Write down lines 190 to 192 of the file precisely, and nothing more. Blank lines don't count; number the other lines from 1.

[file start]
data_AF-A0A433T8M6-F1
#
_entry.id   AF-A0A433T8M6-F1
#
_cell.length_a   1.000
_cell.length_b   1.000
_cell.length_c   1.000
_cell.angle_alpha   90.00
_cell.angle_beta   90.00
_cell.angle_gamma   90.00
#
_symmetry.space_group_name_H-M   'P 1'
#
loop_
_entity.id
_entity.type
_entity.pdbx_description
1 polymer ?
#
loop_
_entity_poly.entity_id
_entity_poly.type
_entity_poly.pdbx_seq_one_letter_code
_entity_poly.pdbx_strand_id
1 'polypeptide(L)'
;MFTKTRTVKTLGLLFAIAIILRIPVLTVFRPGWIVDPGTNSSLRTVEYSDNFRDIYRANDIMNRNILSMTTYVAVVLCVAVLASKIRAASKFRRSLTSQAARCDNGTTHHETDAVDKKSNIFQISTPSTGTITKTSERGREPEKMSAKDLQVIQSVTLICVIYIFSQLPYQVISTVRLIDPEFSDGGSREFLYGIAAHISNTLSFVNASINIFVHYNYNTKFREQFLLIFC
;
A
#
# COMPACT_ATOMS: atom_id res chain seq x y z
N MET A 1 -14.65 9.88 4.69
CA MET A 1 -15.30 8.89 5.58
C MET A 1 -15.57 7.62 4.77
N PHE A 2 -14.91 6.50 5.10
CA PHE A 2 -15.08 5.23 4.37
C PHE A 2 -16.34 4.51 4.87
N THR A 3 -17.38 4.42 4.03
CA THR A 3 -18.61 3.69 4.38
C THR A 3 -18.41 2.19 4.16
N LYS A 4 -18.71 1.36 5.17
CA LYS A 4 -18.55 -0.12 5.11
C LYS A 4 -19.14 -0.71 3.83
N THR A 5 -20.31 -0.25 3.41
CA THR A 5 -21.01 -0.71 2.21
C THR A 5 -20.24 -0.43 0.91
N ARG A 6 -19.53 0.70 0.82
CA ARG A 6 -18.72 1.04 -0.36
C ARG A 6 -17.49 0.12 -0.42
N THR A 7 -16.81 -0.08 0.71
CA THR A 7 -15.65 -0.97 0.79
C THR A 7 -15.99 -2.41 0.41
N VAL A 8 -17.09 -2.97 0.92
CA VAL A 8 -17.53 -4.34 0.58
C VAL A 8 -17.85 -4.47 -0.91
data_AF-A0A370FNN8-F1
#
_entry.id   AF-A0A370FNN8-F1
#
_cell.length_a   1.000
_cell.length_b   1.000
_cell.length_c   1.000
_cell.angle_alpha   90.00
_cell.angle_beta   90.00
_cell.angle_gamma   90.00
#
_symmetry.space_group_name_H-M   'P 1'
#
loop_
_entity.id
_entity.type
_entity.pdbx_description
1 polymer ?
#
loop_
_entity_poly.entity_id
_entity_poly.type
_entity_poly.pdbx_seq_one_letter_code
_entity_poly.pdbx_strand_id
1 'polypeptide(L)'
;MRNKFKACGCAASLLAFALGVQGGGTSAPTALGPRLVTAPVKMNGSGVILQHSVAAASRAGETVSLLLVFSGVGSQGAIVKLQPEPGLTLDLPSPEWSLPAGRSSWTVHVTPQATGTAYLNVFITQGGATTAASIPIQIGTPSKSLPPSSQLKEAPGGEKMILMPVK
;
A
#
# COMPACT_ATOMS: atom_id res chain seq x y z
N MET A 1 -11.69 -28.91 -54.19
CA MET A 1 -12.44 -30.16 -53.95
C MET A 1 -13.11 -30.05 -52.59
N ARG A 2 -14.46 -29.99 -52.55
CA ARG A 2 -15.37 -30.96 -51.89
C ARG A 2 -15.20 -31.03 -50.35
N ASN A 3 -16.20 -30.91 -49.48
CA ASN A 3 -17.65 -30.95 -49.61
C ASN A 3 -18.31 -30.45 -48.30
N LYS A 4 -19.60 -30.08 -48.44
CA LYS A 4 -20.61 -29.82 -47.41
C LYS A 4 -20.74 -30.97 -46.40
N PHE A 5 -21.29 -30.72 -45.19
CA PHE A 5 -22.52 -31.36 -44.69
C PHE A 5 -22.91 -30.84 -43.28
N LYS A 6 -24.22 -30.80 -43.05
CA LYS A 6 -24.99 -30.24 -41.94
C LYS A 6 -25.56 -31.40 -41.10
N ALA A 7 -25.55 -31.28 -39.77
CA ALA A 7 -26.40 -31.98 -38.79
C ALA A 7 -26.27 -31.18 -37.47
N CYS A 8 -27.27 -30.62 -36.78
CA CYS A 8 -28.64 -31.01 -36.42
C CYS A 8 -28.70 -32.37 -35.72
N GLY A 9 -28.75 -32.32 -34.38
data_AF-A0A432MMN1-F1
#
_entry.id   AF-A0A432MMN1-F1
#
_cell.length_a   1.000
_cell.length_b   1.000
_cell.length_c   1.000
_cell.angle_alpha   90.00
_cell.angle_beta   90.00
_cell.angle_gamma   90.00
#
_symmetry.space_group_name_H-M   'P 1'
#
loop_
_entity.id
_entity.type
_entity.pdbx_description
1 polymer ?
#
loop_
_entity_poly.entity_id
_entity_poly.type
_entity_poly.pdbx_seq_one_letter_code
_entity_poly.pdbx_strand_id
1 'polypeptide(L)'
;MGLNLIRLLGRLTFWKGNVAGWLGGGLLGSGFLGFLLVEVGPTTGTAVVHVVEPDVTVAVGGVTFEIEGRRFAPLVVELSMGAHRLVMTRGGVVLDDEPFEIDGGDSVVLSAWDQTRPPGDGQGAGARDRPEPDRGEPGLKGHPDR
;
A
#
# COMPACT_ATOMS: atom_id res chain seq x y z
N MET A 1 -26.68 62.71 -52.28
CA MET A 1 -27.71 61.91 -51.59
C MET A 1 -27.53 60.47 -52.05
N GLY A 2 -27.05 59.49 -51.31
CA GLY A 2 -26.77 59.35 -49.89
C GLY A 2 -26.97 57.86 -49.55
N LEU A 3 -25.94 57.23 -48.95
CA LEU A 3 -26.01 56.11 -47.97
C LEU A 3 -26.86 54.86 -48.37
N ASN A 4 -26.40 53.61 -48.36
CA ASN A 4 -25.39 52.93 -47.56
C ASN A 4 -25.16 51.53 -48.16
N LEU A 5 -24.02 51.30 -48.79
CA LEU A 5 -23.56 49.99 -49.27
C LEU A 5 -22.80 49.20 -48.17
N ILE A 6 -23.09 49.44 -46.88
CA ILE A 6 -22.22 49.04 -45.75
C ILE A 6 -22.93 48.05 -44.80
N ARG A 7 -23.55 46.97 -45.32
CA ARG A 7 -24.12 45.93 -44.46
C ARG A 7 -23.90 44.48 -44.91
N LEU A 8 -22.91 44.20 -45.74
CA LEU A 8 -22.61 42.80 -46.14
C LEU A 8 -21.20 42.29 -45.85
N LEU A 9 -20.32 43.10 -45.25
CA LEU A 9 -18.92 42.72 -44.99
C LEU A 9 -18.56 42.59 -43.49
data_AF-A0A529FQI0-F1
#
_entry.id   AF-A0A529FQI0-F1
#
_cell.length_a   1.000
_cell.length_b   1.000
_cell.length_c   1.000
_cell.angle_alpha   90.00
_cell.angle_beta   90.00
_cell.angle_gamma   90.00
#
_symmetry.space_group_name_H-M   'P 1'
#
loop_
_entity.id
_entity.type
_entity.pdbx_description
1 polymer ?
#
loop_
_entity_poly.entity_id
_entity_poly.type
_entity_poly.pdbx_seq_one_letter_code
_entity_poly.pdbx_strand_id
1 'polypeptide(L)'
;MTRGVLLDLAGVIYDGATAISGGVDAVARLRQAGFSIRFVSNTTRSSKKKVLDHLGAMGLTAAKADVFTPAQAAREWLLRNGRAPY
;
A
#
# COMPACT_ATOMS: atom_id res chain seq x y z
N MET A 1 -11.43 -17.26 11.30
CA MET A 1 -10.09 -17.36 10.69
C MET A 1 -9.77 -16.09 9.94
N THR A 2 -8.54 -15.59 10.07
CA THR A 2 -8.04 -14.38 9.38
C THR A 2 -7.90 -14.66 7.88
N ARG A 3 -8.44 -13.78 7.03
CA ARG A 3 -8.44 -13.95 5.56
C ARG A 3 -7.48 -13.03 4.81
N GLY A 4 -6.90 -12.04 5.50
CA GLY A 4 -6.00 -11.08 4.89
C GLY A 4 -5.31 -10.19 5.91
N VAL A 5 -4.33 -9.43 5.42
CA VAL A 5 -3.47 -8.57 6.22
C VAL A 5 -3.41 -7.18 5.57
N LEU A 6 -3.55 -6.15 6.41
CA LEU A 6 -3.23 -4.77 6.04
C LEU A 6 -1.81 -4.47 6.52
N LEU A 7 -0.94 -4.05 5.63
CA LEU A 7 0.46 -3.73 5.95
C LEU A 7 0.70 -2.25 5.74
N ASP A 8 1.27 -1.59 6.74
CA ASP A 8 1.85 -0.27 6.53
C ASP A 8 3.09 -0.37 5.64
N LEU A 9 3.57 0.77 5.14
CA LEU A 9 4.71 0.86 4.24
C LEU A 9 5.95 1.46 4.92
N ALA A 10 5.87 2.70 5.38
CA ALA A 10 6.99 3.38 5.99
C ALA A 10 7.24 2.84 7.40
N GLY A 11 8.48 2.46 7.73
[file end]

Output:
_entity_poly.pdbx_strand_id
1 'polypeptide(L)'
;MTRGVLLDLAGVIYDGATAISGGVDAVARLRQAGFSIRFVSNTTRSSKKKVLDHLGAMGLTAAKADVFTPAQAAREWLLRNGRAPY